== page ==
Keeping that previous sentence in mind, it's not hard to realize that quitting Coast Guard Boot Camp runs opposite to the Company Commanders' goal of getting you to graduation. They are not trying to "weed out the weak" among your company. They want to make the weak stronger.

This means if you express a desire to quit Coast Guard Boot Camp, you will essentially be displaying a weakness. Their response will be to strengthen that weakness rather than letting you lean into it as the special forces programs do.

In a practical sense, they aren't going to simply say "okay, no problem". This is even more true if they see any sort of potential in you. If you're honestly not a great fit for the Coast Guard or at least give them that perception, then it will be easier for you to quit. Even then though, they aren't going to be happy about your decision and they aren't going to make it easy.

You can expect to be put through lots of obstacles on your quest to quit Coast Guard Boot Camp. The idea is to disincentivize you from quitting. In other words, they will want to make quitting even more uncomfortable than not quitting, so that you'll push through and complete training.

What Happens If You Quit Coast Guard Boot Camp

What Happens If You

Quit Coast Guard Boot Camp

If you are able to jump through all of the hurdles that they will inevitably make you go through, then you will most likely be separated from the Coast Guard with what is called an uncharacterized discharge. You've probably heard of "honorable discharge" and "dishonorable discharge". Those are often portrayed in various military movies and mentioned in the public discourse, but an uncharacterized discharge is neither of those.

In short, it's considered an entry level separation (ELS) because the enlisted individual has served less than 180 days. It's neither good nor bad, because not enough time has passed to evaluate the individual’s conduct and performance.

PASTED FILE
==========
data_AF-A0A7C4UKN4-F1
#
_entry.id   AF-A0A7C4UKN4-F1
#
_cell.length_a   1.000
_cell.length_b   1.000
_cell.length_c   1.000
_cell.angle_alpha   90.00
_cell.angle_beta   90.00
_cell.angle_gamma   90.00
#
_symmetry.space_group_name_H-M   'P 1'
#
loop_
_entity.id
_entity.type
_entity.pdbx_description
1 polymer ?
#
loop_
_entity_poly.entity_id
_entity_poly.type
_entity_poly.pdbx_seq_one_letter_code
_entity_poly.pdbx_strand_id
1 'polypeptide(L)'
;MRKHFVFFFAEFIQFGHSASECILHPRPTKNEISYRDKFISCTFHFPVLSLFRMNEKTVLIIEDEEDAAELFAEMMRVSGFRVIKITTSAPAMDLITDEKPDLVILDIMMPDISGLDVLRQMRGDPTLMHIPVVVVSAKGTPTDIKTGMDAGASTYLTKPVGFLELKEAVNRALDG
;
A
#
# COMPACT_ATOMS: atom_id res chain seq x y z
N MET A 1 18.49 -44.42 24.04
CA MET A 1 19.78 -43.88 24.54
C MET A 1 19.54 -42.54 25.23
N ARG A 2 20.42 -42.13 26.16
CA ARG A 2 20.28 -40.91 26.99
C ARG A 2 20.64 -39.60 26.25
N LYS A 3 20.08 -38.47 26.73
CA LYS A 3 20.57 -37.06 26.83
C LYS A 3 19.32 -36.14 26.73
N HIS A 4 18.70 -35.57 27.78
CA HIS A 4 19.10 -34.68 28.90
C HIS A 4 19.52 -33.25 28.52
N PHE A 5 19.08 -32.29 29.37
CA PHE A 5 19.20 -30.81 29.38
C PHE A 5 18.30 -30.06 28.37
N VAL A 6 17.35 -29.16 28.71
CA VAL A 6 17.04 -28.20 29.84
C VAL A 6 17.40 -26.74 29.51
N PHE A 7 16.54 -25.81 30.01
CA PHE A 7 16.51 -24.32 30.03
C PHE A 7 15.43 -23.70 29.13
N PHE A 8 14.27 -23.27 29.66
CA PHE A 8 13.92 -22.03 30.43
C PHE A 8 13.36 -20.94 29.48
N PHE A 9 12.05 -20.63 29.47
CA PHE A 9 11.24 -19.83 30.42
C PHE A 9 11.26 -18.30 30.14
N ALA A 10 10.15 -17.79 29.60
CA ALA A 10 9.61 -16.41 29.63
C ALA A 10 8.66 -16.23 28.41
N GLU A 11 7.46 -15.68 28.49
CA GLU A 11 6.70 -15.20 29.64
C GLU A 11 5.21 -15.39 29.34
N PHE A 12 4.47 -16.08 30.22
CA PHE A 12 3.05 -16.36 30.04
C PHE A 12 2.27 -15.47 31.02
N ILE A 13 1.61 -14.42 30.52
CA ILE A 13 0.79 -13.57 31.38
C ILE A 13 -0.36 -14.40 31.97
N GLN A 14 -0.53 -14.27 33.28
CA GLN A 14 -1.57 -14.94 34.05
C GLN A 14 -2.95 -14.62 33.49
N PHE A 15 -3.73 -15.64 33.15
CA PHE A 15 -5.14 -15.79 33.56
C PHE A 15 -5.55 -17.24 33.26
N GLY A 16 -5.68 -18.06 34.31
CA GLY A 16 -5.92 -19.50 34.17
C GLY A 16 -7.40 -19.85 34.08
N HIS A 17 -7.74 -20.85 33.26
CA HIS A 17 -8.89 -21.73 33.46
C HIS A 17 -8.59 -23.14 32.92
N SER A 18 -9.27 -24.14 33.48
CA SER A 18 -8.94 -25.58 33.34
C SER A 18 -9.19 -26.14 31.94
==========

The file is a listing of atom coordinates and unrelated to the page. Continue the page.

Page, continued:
If you are interested in learning more about the various types military discharges, then check out this website that does a great job at explaining them.

What's written above does not constitute a guarantee that this is what happens if you quit Coast Guard Boot Camp, it's just a likely, possible scenario. Ultimately, your situation is going to be unique to you. However, if you are on this website and you've either already been sworn in or thinking about joining, then I would encourage you to get quitting out of your mind. Focus on preparing yourself to the greatest degree possible and show up ready to dominate on day one.

Semper Paratus!

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Please note that although I've done my best to provide the most accurate answer possible to this question, I cannot fully guarantee its accuracy because at any given moment, some aspect of Coast Guard Boot Camp or the Coast Guard in general could change. For this reason, please remember that the most up-to-date, accurate information will come from a Coast Guard recruiter and / or other official USCG personnel. Always listen to what they have to say over what you find on any website, including this one.

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Of A Week 08 Recruit

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Survive Coast Guard Boot Camp (C) 2013 - 2024